Veterinary Ligature

Cruciate ligament problems are much more prevalent in dogs than people and very costly too - 1 billion US$ is spent a year on dogs in USA with this orthopaedic condition.

Rob's son Adrian (an orthopaedic veterinary surgeon) investigated different suture patterns for cruciate ligament repair in dogs while at Cambridge University, UK, and came up with a superior method, confirmed by comparative testing carried out in the university engineering labs.

The research was reported in an award-winning paper presented at veterinary conferences in the UK and USA, see abstract below.

Rob provided minor assistance, just practical advice on based on engineering principles plus experience with knots and wire tying, fishing knots in particular.

Below are the different configurations tested:

A biomechanical comparison of six different double loop configurations for use in the lateral fabella suture technique

A M Wallace 1, E D Cutting, M P F Sutcliffe, S J Langley-Hobbs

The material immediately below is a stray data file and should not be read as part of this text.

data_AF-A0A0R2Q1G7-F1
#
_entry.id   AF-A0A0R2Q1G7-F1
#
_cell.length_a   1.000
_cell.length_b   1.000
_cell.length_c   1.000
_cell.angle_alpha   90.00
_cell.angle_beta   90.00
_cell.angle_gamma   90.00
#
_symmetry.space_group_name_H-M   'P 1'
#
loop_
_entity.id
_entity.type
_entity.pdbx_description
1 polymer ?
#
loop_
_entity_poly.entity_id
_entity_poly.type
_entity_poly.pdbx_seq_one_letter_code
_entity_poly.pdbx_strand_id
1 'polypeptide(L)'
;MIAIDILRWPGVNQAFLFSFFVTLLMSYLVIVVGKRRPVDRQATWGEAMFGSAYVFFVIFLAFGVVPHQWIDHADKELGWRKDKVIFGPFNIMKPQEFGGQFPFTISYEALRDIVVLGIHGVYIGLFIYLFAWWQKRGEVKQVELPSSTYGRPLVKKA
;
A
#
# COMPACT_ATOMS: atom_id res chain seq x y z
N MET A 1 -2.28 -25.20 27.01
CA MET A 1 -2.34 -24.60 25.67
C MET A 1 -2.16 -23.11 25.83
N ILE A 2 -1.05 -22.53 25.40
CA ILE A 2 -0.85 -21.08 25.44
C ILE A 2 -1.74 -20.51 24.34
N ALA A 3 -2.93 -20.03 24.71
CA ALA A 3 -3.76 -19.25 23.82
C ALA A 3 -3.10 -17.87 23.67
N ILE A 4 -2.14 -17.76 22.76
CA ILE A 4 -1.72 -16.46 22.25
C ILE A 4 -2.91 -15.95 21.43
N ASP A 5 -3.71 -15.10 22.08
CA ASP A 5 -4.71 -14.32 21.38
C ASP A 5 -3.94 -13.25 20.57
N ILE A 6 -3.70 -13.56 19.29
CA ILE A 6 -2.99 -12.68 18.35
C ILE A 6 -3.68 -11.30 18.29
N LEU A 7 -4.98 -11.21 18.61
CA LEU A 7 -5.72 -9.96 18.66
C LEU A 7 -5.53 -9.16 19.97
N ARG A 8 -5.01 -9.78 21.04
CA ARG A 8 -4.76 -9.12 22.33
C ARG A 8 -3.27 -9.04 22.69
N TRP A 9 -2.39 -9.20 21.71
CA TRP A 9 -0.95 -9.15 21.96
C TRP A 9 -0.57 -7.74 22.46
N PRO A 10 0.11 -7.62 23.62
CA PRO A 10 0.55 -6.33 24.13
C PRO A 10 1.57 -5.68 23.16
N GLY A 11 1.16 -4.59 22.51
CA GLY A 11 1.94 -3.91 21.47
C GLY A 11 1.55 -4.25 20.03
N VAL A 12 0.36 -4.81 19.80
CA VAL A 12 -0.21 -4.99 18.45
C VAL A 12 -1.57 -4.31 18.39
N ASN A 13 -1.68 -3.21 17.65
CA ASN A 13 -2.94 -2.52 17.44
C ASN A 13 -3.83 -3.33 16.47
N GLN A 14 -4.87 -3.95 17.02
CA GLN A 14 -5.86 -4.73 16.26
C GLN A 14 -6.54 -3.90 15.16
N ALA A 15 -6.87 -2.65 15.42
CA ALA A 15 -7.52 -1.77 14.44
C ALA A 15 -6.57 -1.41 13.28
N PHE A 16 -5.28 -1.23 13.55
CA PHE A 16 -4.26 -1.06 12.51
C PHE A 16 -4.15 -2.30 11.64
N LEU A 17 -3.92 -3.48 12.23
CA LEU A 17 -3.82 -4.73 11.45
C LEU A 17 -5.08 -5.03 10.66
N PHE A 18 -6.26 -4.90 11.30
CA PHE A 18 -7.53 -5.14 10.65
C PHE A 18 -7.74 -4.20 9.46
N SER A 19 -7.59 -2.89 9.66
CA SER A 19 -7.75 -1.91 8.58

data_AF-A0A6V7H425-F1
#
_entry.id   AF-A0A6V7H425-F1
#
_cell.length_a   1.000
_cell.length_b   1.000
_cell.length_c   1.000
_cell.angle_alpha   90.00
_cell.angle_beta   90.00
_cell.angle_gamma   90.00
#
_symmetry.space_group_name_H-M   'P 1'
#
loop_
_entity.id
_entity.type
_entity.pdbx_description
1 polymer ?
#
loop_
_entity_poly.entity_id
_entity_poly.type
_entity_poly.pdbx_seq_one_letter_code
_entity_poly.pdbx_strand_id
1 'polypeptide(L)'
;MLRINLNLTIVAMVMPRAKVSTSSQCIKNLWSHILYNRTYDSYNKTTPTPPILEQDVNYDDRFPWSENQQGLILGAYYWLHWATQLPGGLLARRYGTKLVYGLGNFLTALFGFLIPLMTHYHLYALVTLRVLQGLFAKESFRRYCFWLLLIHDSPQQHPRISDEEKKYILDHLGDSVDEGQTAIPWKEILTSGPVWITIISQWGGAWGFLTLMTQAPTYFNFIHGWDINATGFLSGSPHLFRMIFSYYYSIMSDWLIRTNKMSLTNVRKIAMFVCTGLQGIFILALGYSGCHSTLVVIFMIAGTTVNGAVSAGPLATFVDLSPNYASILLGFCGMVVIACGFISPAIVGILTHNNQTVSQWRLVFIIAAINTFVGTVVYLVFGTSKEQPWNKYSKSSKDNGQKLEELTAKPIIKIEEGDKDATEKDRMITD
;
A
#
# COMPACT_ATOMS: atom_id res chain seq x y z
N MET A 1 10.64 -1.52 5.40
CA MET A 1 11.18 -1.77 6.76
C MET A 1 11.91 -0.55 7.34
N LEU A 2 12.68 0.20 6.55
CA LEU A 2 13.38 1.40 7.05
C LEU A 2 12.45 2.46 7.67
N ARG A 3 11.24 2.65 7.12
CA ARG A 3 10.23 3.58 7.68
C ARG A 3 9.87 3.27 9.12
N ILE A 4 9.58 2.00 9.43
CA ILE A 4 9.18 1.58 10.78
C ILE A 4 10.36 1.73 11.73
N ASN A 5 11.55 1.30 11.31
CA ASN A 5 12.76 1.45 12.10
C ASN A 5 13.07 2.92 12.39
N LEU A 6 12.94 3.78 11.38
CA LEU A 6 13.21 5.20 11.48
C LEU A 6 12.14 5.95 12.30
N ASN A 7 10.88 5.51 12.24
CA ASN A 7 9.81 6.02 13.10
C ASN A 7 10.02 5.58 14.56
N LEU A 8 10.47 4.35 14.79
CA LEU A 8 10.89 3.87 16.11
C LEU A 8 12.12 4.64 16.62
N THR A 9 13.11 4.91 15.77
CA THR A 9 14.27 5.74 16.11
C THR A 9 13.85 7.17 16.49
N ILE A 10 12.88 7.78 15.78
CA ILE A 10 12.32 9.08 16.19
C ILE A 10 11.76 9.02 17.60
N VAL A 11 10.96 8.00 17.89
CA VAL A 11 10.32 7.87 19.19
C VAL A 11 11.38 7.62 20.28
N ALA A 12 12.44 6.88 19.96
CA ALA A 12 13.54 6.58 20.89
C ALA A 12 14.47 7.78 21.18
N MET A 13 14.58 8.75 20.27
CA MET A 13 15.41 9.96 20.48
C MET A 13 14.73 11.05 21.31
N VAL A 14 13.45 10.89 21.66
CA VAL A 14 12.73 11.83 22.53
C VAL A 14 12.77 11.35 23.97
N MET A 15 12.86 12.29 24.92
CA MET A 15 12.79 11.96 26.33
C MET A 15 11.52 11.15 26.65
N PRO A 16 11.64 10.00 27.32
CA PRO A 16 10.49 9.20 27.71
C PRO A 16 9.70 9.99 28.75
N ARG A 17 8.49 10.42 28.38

DOI: 10.3415/vcot-07-10-0095


Six different double loop configurations which could be applied to the lateral fabella suture (LFS) technique were subjected to in vitro mechanical testing. Three double loop, single strand and three double loop, double strand configurations were tested. The strongest configuration, with a significantly higher mean ultimate load and load at yield, was the interlocking loop configuration. This is a novel configuration which has not previously been reported. The three double loop, single strand configurations all had higher mean ultimate loads than the double loop, double strand configurations. The double strand group with uneven loop length performed very poorly, with significantly lower mean stiffness and ultimate load than all of the single strand groups. This group also developed unacceptably high levels of elongation during high level cyclic loading.